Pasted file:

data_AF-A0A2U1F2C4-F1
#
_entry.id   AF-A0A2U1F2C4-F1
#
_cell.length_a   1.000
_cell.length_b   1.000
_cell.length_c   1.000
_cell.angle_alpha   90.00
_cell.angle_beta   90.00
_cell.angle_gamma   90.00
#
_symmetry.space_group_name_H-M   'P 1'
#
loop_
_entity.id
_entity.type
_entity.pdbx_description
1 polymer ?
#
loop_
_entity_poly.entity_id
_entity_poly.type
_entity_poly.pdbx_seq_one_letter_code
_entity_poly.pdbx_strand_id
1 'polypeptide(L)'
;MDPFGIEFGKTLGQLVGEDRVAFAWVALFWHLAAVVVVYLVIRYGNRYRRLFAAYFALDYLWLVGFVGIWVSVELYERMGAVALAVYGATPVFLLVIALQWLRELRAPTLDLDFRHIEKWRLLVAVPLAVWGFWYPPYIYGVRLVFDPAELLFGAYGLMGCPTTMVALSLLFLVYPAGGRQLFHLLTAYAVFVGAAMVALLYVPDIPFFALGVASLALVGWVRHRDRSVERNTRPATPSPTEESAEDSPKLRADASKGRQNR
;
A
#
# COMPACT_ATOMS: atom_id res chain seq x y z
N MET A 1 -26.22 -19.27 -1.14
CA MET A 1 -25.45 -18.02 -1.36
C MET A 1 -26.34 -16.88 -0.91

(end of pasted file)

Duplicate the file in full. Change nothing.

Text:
data_AF-A0A2U1F2C4-F1
#
_entry.id   AF-A0A2U1F2C4-F1
#
_cell.length_a   1.000
_cell.length_b   1.000
_cell.length_c   1.000
_cell.angle_alpha   90.00
_cell.angle_beta   90.00
_cell.angle_gamma   90.00
#
_symmetry.space_group_name_H-M   'P 1'
#
loop_
_entity.id
_entity.type
_entity.pdbx_description
1 polymer ?
#
loop_
_entity_poly.entity_id
_entity_poly.type
_entity_poly.pdbx_seq_one_letter_code
_entity_poly.pdbx_strand_id
1 'polypeptide(L)'
;MDPFGIEFGKTLGQLVGEDRVAFAWVALFWHLAAVVVVYLVIRYGNRYRRLFAAYFALDYLWLVGFVGIWVSVELYERMGAVALAVYGATPVFLLVIALQWLRELRAPTLDLDFRHIEKWRLLVAVPLAVWGFWYPPYIYGVRLVFDPAELLFGAYGLMGCPTTMVALSLLFLVYPAGGRQLFHLLTAYAVFVGAAMVALLYVPDIPFFALGVASLALVGWVRHRDRSVERNTRPATPSPTEESAEDSPKLRADASKGRQNR
;
A
#
# COMPACT_ATOMS: atom_id res chain seq x y z
N MET A 1 -26.22 -19.27 -1.14
CA MET A 1 -25.45 -18.02 -1.36
C MET A 1 -26.34 -16.88 -0.91